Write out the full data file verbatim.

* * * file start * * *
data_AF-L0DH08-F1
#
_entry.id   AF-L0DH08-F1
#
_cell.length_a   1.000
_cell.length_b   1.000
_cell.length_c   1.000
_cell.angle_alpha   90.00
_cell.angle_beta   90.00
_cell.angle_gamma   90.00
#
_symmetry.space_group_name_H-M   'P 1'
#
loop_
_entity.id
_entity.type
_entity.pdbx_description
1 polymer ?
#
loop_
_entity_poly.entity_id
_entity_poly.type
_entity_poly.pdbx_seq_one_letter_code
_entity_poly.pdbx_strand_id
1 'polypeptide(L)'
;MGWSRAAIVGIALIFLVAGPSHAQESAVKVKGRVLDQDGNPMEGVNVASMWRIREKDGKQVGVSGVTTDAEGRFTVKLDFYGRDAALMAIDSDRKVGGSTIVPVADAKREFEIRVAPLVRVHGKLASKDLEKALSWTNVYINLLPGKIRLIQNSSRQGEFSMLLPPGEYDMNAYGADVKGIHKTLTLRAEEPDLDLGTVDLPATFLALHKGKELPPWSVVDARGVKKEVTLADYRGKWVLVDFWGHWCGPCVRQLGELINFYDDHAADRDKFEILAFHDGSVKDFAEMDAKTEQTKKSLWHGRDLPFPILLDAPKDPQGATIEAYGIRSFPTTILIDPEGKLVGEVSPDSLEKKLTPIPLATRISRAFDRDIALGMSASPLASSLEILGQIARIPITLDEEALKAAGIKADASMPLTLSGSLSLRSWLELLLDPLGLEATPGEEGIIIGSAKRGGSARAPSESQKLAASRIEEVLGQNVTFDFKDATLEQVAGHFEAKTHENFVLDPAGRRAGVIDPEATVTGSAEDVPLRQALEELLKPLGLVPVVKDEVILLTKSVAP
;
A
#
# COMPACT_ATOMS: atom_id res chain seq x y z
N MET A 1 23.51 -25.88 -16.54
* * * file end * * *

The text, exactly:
data_AF-L0DH08-F1
#
_entry.id   AF-L0DH08-F1
#
_cell.length_a   1.000
_cell.length_b   1.000
_cell.length_c   1.000
_cell.angle_alpha   90.00
_cell.angle_beta   90.00
_cell.angle_gamma   90.00
#
_symmetry.space_group_name_H-M   'P 1'
#
loop_
_entity.id
_entity.type
_entity.pdbx_description
1 polymer ?
#
loop_
_entity_poly.entity_id
_entity_poly.type
_entity_poly.pdbx_seq_one_letter_code
_entity_poly.pdbx_strand_id
1 'polypeptide(L)'
;MGWSRAAIVGIALIFLVAGPSHAQESAVKVKGRVLDQDGNPMEGVNVASMWRIREKDGKQVGVSGVTTDAEGRFTVKLDFYGRDAALMAIDSDRKVGGSTIVPVADAKREFEIRVAPLVRVHGKLASKDLEKALSWTNVYINLLPGKIRLIQNSSRQGEFSMLLPPGEYDMNAYGADVKGIHKTLTLRAEEPDLDLGTVDLPATFLALHKGKELPPWSVVDARGVKKEVTLADYRGKWVLVDFWGHWCGPCVRQLGELINFYDDHAADRDKFEILAFHDGSVKDFAEMDAKTEQTKKSLWHGRDLPFPILLDAPKDPQGATIEAYGIRSFPTTILIDPEGKLVGEVSPDSLEKKLTPIPLATRISRAFDRDIALGMSASPLASSLEILGQIARIPITLDEEALKAAGIKADASMPLTLSGSLSLRSWLELLLDPLGLEATPGEEGIIIGSAKRGGSARAPSESQKLAASRIEEVLGQNVTFDFKDATLEQVAGHFEAKTHENFVLDPAGRRAGVIDPEATVTGSAEDVPLRQALEELLKPLGLVPVVKDEVILLTKSVAP
;
A
#
# COMPACT_ATOMS: atom_id res chain seq x y z
N MET A 1 23.51 -25.88 -16.54